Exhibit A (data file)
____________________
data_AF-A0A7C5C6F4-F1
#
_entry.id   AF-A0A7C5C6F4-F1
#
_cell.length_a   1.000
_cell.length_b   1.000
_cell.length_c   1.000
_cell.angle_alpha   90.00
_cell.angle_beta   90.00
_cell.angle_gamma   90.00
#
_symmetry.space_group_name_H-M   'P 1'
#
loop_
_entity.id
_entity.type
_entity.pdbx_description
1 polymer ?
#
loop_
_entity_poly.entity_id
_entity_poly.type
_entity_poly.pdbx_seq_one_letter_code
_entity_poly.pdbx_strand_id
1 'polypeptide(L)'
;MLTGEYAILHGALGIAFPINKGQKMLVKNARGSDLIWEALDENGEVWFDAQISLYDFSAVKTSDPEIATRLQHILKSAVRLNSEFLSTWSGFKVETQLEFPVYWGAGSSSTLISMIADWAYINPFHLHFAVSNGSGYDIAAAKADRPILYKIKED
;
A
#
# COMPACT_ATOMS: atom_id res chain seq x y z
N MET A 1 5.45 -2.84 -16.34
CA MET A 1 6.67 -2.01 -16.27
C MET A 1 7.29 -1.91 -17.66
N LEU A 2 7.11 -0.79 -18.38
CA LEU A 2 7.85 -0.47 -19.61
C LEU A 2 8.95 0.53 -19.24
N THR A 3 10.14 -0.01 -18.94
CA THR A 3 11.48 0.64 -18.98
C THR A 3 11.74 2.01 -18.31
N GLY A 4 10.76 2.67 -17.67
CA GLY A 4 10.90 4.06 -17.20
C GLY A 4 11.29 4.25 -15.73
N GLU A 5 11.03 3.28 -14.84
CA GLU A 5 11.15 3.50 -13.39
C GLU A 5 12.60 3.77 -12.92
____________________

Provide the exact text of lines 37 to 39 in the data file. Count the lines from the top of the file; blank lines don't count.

N THR A 3 10.14 -0.01 -18.94
CA THR A 3 11.48 0.64 -18.98
C THR A 3 11.74 2.01 -18.31